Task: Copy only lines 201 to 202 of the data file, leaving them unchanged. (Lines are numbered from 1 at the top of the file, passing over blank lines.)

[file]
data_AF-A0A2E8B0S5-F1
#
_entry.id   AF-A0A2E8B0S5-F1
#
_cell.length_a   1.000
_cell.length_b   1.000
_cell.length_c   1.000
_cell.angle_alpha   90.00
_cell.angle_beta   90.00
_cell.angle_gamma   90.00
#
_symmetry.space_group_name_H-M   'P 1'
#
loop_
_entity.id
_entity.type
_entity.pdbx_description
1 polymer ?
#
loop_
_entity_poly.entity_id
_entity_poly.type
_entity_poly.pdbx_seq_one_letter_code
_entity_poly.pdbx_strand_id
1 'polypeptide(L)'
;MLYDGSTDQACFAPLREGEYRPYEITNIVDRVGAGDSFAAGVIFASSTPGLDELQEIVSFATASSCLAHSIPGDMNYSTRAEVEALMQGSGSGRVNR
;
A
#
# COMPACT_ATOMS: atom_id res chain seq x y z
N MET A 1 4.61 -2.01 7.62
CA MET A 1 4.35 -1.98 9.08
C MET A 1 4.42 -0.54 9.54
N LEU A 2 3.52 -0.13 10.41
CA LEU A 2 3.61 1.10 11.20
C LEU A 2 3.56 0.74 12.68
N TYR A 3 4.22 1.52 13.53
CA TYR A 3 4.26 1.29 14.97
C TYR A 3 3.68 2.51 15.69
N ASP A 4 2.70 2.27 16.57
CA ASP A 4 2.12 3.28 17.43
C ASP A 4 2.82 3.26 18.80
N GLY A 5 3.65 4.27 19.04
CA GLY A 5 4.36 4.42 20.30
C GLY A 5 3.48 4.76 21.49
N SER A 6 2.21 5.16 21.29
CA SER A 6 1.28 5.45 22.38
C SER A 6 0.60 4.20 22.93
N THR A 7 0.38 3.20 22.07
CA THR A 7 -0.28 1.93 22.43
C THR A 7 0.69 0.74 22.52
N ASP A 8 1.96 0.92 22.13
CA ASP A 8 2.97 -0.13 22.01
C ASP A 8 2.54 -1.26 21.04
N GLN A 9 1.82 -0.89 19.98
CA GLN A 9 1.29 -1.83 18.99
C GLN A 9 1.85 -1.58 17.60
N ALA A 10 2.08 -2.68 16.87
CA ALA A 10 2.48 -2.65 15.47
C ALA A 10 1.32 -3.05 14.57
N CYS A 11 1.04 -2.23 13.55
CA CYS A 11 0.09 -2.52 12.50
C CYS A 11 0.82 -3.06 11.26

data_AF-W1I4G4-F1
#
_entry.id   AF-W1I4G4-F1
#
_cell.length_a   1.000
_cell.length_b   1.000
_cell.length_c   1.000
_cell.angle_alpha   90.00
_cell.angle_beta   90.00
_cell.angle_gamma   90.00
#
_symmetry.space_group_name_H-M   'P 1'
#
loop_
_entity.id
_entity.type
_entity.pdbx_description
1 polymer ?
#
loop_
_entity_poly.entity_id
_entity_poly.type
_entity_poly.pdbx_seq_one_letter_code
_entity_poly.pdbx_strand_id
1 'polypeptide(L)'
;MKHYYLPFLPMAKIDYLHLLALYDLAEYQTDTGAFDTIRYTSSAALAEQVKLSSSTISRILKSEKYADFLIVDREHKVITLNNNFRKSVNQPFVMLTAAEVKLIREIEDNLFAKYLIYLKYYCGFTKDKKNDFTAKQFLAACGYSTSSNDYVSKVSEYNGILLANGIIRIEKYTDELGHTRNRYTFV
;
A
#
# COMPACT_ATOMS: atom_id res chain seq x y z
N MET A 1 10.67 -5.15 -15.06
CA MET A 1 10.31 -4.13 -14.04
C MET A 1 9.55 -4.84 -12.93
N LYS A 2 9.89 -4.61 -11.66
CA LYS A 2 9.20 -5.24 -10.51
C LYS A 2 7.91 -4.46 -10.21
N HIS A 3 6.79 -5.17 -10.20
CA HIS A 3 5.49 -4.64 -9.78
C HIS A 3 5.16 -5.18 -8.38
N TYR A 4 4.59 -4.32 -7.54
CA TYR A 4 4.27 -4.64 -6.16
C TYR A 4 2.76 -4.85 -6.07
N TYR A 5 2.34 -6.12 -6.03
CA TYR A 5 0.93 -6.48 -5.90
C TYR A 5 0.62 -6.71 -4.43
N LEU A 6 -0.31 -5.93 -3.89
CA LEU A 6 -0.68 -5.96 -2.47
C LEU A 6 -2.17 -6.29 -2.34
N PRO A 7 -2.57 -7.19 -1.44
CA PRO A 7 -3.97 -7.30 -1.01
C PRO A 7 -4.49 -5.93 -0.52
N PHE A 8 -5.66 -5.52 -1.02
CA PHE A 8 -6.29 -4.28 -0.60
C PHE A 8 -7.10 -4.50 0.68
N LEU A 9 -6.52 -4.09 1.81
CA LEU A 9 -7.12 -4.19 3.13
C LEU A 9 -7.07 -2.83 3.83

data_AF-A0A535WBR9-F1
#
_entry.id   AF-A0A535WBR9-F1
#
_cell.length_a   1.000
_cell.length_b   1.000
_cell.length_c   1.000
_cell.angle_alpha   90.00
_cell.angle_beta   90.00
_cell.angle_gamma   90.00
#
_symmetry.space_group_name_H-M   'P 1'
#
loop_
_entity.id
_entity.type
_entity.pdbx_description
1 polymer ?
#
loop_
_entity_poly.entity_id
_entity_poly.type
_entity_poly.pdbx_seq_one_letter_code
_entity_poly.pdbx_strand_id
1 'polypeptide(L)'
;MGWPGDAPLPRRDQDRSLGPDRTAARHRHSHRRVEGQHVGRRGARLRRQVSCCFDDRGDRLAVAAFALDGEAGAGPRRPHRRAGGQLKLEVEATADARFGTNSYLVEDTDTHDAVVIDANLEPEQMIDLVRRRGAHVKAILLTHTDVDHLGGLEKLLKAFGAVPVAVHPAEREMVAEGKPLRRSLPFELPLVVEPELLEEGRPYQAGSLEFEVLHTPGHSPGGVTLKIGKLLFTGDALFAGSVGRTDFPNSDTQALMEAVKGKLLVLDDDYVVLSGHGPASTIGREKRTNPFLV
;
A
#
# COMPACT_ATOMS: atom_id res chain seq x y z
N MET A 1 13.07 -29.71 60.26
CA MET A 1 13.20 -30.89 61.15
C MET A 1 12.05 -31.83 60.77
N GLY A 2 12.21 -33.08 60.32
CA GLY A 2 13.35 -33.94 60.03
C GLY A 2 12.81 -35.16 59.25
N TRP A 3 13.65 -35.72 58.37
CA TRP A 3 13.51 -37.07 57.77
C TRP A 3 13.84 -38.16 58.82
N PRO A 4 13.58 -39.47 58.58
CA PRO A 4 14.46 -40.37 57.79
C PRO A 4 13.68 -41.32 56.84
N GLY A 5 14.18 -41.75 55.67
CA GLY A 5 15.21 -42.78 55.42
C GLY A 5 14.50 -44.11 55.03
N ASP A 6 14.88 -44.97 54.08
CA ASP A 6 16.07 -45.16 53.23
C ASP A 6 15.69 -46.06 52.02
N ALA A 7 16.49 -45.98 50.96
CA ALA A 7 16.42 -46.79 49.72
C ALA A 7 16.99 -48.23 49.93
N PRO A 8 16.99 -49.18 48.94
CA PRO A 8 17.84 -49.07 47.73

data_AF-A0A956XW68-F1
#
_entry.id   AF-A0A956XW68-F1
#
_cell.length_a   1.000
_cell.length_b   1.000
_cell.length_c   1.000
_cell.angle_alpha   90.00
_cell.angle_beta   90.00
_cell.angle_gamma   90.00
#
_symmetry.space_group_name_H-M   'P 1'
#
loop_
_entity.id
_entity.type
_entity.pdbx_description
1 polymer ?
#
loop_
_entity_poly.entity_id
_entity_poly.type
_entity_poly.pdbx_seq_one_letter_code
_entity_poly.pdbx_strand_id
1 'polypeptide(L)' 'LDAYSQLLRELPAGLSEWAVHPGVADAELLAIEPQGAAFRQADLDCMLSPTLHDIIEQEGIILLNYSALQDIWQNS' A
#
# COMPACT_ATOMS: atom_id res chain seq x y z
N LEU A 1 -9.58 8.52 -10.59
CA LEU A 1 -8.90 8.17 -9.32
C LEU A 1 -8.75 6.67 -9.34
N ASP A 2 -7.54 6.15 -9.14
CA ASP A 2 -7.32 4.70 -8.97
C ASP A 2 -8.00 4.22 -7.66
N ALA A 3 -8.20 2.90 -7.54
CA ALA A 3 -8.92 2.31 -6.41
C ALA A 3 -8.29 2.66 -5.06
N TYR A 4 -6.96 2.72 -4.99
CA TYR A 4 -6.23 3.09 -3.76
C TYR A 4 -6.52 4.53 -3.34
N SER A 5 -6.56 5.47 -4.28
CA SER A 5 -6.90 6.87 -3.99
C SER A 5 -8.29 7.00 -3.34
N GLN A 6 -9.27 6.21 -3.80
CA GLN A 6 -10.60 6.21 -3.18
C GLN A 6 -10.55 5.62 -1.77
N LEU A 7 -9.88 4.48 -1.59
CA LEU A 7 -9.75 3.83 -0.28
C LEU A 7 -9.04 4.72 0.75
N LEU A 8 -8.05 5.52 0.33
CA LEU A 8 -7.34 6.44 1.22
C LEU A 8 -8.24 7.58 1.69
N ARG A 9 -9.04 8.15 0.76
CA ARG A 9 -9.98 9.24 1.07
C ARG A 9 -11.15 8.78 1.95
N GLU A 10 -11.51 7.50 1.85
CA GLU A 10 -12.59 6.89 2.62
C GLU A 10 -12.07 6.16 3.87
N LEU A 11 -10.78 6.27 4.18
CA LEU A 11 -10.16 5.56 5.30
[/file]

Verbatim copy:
N LEU A 1 -9.58 8.52 -10.59
CA LEU A 1 -8.90 8.17 -9.32